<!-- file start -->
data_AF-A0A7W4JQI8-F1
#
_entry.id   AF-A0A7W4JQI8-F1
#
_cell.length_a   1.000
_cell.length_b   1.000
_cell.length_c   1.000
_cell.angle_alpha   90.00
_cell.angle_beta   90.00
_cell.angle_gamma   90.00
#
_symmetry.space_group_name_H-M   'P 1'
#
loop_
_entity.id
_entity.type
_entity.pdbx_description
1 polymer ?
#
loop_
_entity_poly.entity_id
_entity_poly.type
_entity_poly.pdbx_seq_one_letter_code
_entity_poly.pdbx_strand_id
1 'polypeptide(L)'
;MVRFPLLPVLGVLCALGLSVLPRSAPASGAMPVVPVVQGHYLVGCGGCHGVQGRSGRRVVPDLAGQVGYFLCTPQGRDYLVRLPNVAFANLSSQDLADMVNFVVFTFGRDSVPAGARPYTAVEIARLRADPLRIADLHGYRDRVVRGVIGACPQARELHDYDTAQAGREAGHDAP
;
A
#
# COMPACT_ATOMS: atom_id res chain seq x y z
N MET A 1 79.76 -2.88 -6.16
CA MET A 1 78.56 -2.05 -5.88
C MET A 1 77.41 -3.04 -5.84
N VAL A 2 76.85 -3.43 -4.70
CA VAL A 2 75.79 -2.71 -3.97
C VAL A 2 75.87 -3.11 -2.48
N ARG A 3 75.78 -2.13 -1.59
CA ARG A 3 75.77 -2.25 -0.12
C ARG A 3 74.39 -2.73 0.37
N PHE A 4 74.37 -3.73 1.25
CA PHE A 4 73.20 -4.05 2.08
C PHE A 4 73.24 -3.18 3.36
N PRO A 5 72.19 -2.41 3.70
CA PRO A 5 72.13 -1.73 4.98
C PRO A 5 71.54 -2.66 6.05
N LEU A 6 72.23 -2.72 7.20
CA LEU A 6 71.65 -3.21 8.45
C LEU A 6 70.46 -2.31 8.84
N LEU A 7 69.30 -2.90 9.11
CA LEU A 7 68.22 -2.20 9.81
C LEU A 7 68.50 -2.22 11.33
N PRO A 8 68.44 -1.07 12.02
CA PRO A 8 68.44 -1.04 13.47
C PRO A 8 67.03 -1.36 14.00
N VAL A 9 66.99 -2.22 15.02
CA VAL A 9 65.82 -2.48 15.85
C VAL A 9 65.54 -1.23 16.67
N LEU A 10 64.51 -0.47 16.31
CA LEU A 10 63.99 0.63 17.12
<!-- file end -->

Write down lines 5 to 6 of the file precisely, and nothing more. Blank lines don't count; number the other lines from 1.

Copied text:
_cell.length_a   1.000
_cell.length_b   1.000